The Social Media Cat-a-pult is a device that has been assembled to help you become more agile, tribal, collaborative, and peer-to-peer. These approaches can hopefully inspire you to create and share more valuable content in a space that is becoming increasingly cluttered.
1. Study the tribes you want to reach
If you have a message or idea that you want to share with people online, then embrace the idea of social fully. People do not only act online as individuals, but as members of tribes that gather around strong passions and emotions. That’s why it’s important to not only map individuals, but the tribes they influence. Each tribe has their own values, jargon and shared experiences. How well your ideas resonate with a tribe, does not only depend upon how well you identify and collaborate with influencers, such as curators. It also depends upon their cultural compatibility and relevance.
2. Elasticise your ideas
The insights you have gained about the individuals you want to reach, and their tribes, should inspire your ideas. If you have a tribal approach this may include a tribal brief. The difference between a good and mediocre brief is that a good brief does not only describe what is, but what could be. People and tribes are not static, but on the move, and a good brief should describe that movement. Many ideas get caught up in leeching, but the really inspiring ones tend to develop and lead.
Your ideas can become bridges towards the change people desire, for example by helping them do new things, express who they are, and connect with others. The ideas you create should take at least two interests into account. Your own goals and motives, as well as those you want to connect with.
3. Don’t launch one big idea, launch many small
The reason you want to launch many small ideas, rather than one big idea, is to become more agile. You may have heard about agile methods for software development, but they can also be applied to communication. Rather than developing a bombastic idea in an ivory tower, or garage, you want to create small refining loops that move from planning to action and back again. The ideas are small, not because they are less ambitious or spectacular, but because they have not yet been fully developed. The world is your lab, and testing and evaluating your ideas “live” is part of the process. Another benefit of launching and testing many ideas, is that you haven’t placed all your eggs in one basket.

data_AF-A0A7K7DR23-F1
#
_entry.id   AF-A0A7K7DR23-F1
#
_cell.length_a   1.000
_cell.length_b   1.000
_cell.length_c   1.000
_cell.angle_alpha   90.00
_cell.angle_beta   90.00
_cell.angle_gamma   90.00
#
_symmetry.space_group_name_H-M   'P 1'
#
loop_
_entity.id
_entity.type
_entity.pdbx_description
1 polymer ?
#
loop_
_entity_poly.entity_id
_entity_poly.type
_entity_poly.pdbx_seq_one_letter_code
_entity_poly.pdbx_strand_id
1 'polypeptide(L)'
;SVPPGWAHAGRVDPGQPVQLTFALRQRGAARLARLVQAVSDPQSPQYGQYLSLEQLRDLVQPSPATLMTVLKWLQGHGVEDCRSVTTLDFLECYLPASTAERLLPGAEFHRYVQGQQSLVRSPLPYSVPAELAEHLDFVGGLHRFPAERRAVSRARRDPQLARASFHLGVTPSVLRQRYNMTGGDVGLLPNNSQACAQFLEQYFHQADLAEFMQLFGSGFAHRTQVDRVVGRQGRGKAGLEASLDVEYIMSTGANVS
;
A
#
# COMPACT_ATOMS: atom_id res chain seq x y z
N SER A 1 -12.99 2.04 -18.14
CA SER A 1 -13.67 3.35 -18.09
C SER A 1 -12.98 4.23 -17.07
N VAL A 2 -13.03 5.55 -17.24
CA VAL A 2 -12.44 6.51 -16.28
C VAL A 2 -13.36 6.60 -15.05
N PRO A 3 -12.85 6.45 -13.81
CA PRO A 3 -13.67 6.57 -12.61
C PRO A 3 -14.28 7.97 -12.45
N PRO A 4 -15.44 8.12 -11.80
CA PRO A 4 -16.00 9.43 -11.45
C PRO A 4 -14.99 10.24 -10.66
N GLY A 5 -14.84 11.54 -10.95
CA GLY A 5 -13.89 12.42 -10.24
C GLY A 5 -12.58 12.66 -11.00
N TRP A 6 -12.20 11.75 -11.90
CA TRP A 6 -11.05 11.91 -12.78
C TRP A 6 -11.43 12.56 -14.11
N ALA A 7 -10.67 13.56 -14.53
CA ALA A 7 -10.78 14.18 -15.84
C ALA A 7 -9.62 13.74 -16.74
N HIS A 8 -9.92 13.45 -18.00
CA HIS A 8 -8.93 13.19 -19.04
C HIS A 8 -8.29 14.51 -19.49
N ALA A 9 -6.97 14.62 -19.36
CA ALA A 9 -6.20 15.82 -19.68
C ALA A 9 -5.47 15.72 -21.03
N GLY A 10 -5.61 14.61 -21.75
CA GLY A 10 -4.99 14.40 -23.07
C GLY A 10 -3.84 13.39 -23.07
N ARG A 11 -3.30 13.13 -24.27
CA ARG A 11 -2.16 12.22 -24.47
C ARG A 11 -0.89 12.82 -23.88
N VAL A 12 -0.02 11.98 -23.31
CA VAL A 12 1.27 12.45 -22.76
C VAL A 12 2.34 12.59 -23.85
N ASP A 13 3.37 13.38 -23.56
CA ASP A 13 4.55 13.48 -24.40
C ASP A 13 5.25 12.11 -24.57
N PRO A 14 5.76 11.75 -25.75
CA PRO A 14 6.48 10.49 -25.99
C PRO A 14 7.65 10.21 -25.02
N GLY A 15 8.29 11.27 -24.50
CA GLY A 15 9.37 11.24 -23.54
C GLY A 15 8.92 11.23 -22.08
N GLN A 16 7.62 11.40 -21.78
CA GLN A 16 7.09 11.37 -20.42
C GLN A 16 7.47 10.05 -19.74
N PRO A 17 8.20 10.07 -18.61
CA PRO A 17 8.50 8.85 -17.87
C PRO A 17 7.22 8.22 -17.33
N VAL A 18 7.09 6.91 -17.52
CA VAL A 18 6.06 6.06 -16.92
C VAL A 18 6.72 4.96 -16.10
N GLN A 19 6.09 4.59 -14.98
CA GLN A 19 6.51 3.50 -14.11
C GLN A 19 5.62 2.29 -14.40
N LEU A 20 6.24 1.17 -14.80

4. Listen for a positive response and discover why
There are many tools for measuring the quantitative impact of your activities, but what you also need to do is monitor echoes. The more your valuable your ideas are – for example in helping individuals and tribes do, become and belong – the more likely they are to provoke engagement and response. Sometimes an idea is not bad, it just needs to be repackaged or relaunched in a different way.
Now is also an excellent opportunity, in the spirit of agile communication, to sharpen the insights you gained in your initial study. Discover why your ideas resonated and why.
5. Expand your best ideas together with others
You might feel that you have succeeded when you have managed to spread your small ideas in a mass-protocol and top-down fashion, but you have not yet begun to leverage the momentum you have created or the wonderful capabilities of social. At this point you will know which ideas worked, and why. Now is the time to open up the doors and let people in. Build upon the ideas that resonated the most with individuals and tribes, and invite them to expand upon them and build new ones. Create wonderful things together with others in the true spirit of social and sharing, and empower your new friends to share with their tribes.
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